Why Correct Financial Advice Often Isn’t The Best Financial Advice

It’s nearly impossible to have a discussion about finance (or indeed, almost any topic) on the internet without getting into a shouting match over who’s advice is technically correct. The key word here is “technically,” since any financial recommendation that isn’t mathematically optimal is regarded as wrong. I suppose I can understand that point of view since the most commonly-assumed purpose of most individuals is to attain as much wealth as possible over the long term. But is it really? Of course not. Money is simply a means to an end for most people and it doesn’t matter if they die with ten bucks in the bank or eleventy billion.

The (Unjustified) Primacy Of Financial Factors

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Few people have maximizing wealth as their primary financial goal. If they did, everybody would go into investment banking and there would be no teachers. Obviously wealth is important: I’ve gone to the trouble of having a wealth building strategy for crying out loud, but he who dies richest still dies and money isn’t everything. Why, then, does practically all wealth-building advice assume the end goal is to be as rich as possible?

Here’s the fundamental question of wealth building, as I see it: is it better to amass a fortune of, say, $5 million through application of rational, non-emotional investing principles or to amass a lesser fortune of only $3 million using sub-optimal but more psychologically palatable principles? From a financial perspective the answer is clear; however, I submit that a sub-optimal approach can actually yield superior results in some cases when measured by overall life satisfaction.

The Case Of The Target Retirement Fund

Consider the surging popularity of Target Retirement Funds. As of December 2011, fully 13% of 401k plan assets were invested in these funds (source: ICIA Factbook). How do you explain their popularity given their sub-optimal construction? Even the very best of Target Date Funds from the likes of Vanguard are more expensive (and thus poorer-performing) than simply owning the underlying funds individually in the same proportions.

Why, then, would anybody choose to own these funds? It isn’t convenience, though that is a common explanation. Think about it: how long does it take you to rebalance a 3 or 4 fund portfolio every year? If your answer is more than 60 seconds, you’re doing it wrong. The answer, I believe, is that people are just more comfortable having an expert manage their portfolio for them. Most people don’t know how much to allocate to which funds or when to change said allocation. Sure, they could just copy what they see other funds doing, but they’d rather just delegate the responsibility to somebody else. And that’s the key: delegation of responsibility. If a professional makes a mistake, you can throw up your hands and blame them for screwing you over. If you make a mistake, you’ve nobody to blame but yourself. People don’t like being exposed to blame and will go to a surprising amount of trouble to avoid it. Thus, there is a very real psychological benefit to owning Target Date Funds over constructing an identically-constructed portfolio of individual mutual funds even though they aren’t strictly optimal investments. They work because they induce people to act where they otherwise might not.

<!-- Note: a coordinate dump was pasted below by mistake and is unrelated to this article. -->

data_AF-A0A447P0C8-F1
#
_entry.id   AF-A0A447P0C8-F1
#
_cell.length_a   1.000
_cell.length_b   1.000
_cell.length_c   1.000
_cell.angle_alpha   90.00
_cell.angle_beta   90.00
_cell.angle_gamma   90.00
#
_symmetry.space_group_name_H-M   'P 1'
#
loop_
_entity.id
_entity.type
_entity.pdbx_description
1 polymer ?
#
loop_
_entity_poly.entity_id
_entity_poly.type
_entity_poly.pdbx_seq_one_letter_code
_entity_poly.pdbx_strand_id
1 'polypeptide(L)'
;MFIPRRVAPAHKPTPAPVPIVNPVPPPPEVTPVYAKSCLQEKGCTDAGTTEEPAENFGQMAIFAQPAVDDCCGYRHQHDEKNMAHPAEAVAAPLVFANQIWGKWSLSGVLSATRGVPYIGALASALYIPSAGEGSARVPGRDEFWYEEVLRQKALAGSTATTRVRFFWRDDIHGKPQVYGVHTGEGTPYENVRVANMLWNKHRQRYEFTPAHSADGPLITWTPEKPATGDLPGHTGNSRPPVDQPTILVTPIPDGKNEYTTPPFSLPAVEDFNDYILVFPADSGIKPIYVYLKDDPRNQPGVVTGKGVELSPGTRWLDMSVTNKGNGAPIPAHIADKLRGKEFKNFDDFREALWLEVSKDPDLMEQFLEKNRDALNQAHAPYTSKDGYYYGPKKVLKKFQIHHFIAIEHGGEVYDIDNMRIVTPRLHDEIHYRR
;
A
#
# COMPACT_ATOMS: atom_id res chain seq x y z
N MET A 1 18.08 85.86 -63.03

This Is Why Dave Ramsey Is Rich

This is why people like Dave Ramsey and Suze Orman are rich. It’s not that their advice is right (often it isn’t) but that it’s simple, direct, and actionable – and there’s a lot to be said than that. Ramsey’s debt snowball, for example, involves paying down the debt with the smallest balance first regardless of the interest rate. It’s a horribly stupid plan, mathematically speaking, but it works because it helps people maintain their motivation to pay down their debt by rewarding them with small victories along the way. Yeah, you’ll end up paying significantly more in interest than if you just paid off the highest-interest debt first like most experts recommend, but you just might stand a better chance of actually paying off the debt if you do it Dave Ramsey’s way. A well-executed sub-optimal plan yields better results than a poorly-executed optimized plan, in this case.

We Can Do Better

Much of the advice in the personal finance blogosphere (and especially the main stream financial media) focuses on doling out “correct” advice without much regard for whether or not it actually helps anybody, unfortunately, and I’m as guilty of this as anybody. We preach about the benefits of keeping costs low, of investing for the long term, of building multiple income streams, etc, but we usually don’t really put all the pieces together into a coherent wealth-building strategy people are actually likely to implement. What we’re doing so far isn’t working all that well. We are great at informing people about what they should be doing, but not so great at getting them to actually do it. We can do better. How we’re going to do that, I don’t know. Maybe financial literacy isn’t the answer after all. Dentists have been telling us for years we need to floss our teeth, yet how many of you floss daily? Everybody knows they shouldn’t eat McDonald’s for every meal, but obesity is at epidemic levels. Maybe the best financial advice isn’t telling people what they should ideally do but rather telling them whatever they need to be told to actually take action, whether it’s entirely correct or not. Maybe, just maybe, the system is broken beyond repair and we would be better off focusing our energies on fundamentally changing it. Any suggestions?

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